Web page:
Negotiating Away Innovation: Dish Agrees To Kill Autohop To End TV Blackouts
from the shameful dept
The various TV networks have been suing Dish for the past couple of years because of its “autohop” feature, which automatically records prime time shows, and then lets subscribers watch them (starting the very next day) with commercials automatically skipped. So far, Dish has won basically every ruling in the case, showing that such technology is perfectly legal.
But now it’s probably dead.
As we predicted would happen back in March, CBS has used its fight over retransmission to get Dish to agree to basically kill off autohopper, delaying it for 7 days after the show initially airs. In exchange, CBS will drop its lawsuit over autohopper, but also agree to allow Dish to offer its programming online (“over the top” as they say). This is basically the same deal Dish struck with ABC/Disney back in March as well, meaning that it’s the same thing that every network will eventually agree to as well.
The retransmission fight was always lurking in the background of the autohopper lawsuit. The networks claimed that since Dish had existing negotiated deals for retransmitting network shows, the autohopper stuff was a contract violation (in addition to a copyright violation). So, basically, the legal fights lasted until the retrans negotiations had to come up again. Getting agreements for internet streaming is certainly nice, but to have it come at the expense of a nice bit of innovation like autohop is ridiculous. Perhaps it opens the door for third parties to make such technologies themselves, but these days standalone DVR products are pretty much a relic of history.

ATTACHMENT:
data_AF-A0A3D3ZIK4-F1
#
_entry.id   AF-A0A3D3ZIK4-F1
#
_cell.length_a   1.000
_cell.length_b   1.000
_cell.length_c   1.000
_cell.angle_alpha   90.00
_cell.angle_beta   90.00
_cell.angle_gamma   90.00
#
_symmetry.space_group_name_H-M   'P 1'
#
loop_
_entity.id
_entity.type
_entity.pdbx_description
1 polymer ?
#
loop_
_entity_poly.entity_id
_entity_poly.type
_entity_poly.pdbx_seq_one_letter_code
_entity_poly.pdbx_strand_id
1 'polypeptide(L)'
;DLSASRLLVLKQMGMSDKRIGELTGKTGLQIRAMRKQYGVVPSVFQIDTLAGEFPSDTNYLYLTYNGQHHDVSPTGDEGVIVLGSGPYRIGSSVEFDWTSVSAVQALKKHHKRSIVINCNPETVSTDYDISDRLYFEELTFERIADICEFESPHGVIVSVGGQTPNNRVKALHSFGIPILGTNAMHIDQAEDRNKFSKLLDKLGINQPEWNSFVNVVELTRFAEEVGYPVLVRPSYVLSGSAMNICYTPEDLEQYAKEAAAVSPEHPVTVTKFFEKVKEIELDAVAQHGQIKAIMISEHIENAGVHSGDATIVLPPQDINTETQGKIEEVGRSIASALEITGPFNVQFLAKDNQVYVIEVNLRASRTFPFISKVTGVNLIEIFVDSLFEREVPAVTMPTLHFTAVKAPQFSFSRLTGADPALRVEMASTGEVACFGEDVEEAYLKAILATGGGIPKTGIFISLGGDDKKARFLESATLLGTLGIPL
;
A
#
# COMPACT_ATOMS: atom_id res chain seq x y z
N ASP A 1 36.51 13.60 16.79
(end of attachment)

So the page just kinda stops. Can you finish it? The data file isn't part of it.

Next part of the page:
Of course, how long will it be until someone sets up a commercial system for acting as a DVR for internet streams, complete with commercial skipping features? It’s doable today, but you can bet that even though it’s just like a regular DVR/VCR, the legacy TV guys will flip out and call in the next coming of Aereo.